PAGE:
LOGAN SQUARE — The newest developer trying to overhaul Congress Theater wants to reopen the historic venue by summer of 2023, taking the reins on plans to revive the space that’s been sitting empty for nearly a decade.
Baum Revision, a local developer known for restoring historic buildings, is taking over the redevelopment project after a previous effort to revitalize the Congress fell through. Baum is planning to redevelop the landmark theater at 2135 N. Milwaukee Ave., as well as the surrounding apartments and retail space, using the blueprint approved by the city in 2018.
If everything goes according to plan, the development team aims to begin construction “toward the end” of 2021, David Baum, one of Baum’s managing principals, said at a community meeting Monday. From there, construction is expected to take somewhere between 18 months and two years, Baum said.
“We’re coming into a project that unfortunately didn’t come to fruition. Frankly, I give a lot of credit to the guy who attempted to do it. I think he’s a good guy, I think he tried hard … he did a lot of good work and we’re picking it up from there,” Baum said.
Baum is referring to developer Michael Moyer whose city-approved plans to redevelop the Congress fizzled last year when Los Angeles-based lender AEG Worldwide sued him for defaulting on $14 million in loans. As a result of the foreclosure lawsuit, a court-appointed receiver took over the property.
Now Baum is working to assume control of the building and pick up where Moyer left off. The plans call for a complete restoration of the theater; construction of a 30-room hotel, 14 affordable apartments and 16,000 square feet of retail space in the surrounding 160,000-square-foot theater building. Baum is not planning, however, to build an 72-unit apartment tower next door, a component of Moyer’s project that received fierce pushback from neighbors.
Baum said they’re well-suited to revamp the Congress given their four decades of experience redeveloping historical buildings in the city and across the Midwest. In the Logan Square area alone, the development company redeveloped the Margies Candies and Green Exchange buildings and converted an old factory at 4200 W. Diversey Ave. into an arts warehouse.
“We’re interested in making things better. We want to benefit the community and each project to have a positive impact where we develop,” Baum said. “We want those projects to be sustainable and we also need those projects to be economically viable. We have the privilege of doing what we do because we pay people back. We pay back our lenders, we pay back our investors.”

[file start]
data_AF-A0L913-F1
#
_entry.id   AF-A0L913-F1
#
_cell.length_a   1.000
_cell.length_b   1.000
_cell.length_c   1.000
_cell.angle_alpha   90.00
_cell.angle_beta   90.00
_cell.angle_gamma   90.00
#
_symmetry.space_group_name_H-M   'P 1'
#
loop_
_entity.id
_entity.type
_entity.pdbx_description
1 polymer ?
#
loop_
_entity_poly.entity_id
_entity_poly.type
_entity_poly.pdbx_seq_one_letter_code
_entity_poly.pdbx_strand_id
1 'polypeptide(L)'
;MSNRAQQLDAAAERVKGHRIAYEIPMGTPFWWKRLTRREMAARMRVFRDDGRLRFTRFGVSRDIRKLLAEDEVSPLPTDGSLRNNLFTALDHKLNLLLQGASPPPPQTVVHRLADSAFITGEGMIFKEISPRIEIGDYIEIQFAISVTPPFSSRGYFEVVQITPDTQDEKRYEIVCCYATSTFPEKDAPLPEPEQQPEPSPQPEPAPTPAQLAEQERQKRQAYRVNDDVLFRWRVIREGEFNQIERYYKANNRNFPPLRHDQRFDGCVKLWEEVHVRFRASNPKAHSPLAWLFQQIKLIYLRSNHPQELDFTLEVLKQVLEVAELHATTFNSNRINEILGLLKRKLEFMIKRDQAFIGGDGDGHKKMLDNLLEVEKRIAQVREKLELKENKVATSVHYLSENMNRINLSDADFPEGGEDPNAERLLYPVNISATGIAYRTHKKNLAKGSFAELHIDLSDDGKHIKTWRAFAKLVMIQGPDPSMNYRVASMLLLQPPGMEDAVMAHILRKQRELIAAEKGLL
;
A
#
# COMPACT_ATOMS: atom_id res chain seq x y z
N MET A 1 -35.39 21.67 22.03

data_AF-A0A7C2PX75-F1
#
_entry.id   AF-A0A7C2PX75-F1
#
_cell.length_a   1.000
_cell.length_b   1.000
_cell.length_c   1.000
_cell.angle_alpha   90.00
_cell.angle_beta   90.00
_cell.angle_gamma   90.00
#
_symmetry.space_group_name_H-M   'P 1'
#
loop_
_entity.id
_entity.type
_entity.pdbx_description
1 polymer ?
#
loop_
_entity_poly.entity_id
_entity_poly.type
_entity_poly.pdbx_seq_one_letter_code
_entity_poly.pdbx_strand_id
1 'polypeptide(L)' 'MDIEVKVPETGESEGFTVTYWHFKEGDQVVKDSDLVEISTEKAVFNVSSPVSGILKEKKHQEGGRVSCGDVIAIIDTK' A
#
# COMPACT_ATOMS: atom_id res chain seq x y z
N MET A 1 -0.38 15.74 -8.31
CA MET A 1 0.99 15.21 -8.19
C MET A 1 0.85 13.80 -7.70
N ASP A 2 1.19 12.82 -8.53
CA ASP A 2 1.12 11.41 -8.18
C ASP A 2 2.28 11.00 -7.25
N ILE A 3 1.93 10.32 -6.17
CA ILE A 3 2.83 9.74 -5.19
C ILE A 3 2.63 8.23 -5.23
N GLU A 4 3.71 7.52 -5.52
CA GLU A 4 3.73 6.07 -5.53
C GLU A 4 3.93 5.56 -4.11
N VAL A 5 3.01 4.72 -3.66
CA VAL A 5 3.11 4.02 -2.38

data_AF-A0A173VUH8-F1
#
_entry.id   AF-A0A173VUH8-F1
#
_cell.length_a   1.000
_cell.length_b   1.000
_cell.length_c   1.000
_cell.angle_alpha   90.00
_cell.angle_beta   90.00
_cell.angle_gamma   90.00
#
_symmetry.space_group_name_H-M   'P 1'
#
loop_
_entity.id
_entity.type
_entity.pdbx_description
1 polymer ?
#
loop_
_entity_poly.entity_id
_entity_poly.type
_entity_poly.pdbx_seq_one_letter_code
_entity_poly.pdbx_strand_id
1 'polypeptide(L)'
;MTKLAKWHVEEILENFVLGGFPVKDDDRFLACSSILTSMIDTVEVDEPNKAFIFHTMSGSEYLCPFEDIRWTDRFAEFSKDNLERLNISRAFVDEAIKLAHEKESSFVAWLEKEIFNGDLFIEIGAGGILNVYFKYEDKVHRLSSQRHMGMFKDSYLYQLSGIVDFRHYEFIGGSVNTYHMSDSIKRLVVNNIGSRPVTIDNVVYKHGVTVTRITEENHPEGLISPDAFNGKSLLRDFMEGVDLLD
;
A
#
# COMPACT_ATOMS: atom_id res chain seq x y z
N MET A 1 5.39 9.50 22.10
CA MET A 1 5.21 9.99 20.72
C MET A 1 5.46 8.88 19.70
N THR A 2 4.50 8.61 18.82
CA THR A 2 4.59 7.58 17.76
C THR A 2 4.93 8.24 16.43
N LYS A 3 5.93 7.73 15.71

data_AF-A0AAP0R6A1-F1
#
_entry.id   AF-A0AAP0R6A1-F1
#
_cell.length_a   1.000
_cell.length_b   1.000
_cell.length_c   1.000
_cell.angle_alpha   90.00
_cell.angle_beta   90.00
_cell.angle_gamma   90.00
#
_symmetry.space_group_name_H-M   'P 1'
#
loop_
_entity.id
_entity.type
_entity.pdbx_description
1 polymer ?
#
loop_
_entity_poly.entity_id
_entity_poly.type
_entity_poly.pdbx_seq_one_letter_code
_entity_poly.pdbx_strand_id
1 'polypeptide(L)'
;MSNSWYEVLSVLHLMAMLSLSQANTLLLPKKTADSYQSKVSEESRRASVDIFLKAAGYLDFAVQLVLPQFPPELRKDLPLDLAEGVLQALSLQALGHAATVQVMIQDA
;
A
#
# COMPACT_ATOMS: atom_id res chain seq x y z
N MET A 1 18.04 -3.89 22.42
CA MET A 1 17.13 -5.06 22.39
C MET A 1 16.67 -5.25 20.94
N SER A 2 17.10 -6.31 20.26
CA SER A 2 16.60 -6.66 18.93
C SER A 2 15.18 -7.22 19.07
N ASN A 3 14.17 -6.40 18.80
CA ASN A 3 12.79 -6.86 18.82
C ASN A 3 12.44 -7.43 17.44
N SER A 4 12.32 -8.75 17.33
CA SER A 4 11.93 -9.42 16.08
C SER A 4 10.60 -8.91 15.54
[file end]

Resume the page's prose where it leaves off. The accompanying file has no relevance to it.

Because Baum is following already-approved plans, the developer doesn’t need any further city approval to begin construction. However, Baum and his team will need to re-apply for Tax Increment Finance (TIF) funding if they choose to go for the city dollars, Ald. Daniel La Spata (1st) has said. Moyer was awarded $9.7 million in TIF dollars, but the city funding was never allocated to his project because he didn’t sign the city’s redevelopment agreement.
The Baum team is working with AEG, the lender that sued Moyer, to make their project a reality. Restoring the deteriorating nearly century-old theater will be costly; the project under Moyer was expected to cost at least $69 million.
Shawn Trell, vice president and COO of AEG Presents, said Baum is the right developer for the job and a vast improvement over Moyer, without mentioning Moyer by name.
“I don’t even know the right words to emphasize it enough but whatever former operator you had there …. what you have in the combination of Baum and AEG Presents — it doesn’t even do it justice to say it’s apples and oranges, it’s something of far greater magnitude than that. You have the best in class in both respects,” Trell said.
“We stayed in here for five years to see if we couldn’t find the right developer party … and we certainly feel we have. And we couldn’t be more thrilled.”
Built in 1926 as an ornate movie palace, the Congress Theater hosted everyone from Chuck Berry to Jerry Lee Lewis in its heyday. But in 2013, after years of negligence on the part of previous owners, the city shut down the historic venue following a string of code violations and crimes that occurred in and around the theater during shows.
Residents were thrilled when Moyer bought the theater in 2015 and promised to bring it back to its former glory. But Moyer’s project never really took off, and that excitement quickly turned into disappointment.
La Spata said he’s hopeful Baum can bring the project across the finish line. A revamped Congress would have a profound impact on Logan Square as a whole, the alderman said. With great interest in the project, residents at Monday’s community meeting raised questions about parking, as well as the building’s affordable apartments and the retailers Baum plans to bring in, among other things.
“There was a time when the Congress Theater was really seen as a social, cultural and economic hub of Logan Square, and I really hope that it will be that again,” La Spata said.
Baum said they aim to fully restore all of the venue’s original architectural details while also updating elements of the building that have badly deteriorated over the years. Under the city-approved plans, the original “Congress Theater” sign would be replaced.
“This is a treasure,” Baum said while showing residents renderings of the venue’s ornate lobby. “This is a really big privilege for us to be able to work on something like this. What an amazing project and property this is, and I think it’ll be an amazing asset to the community.”
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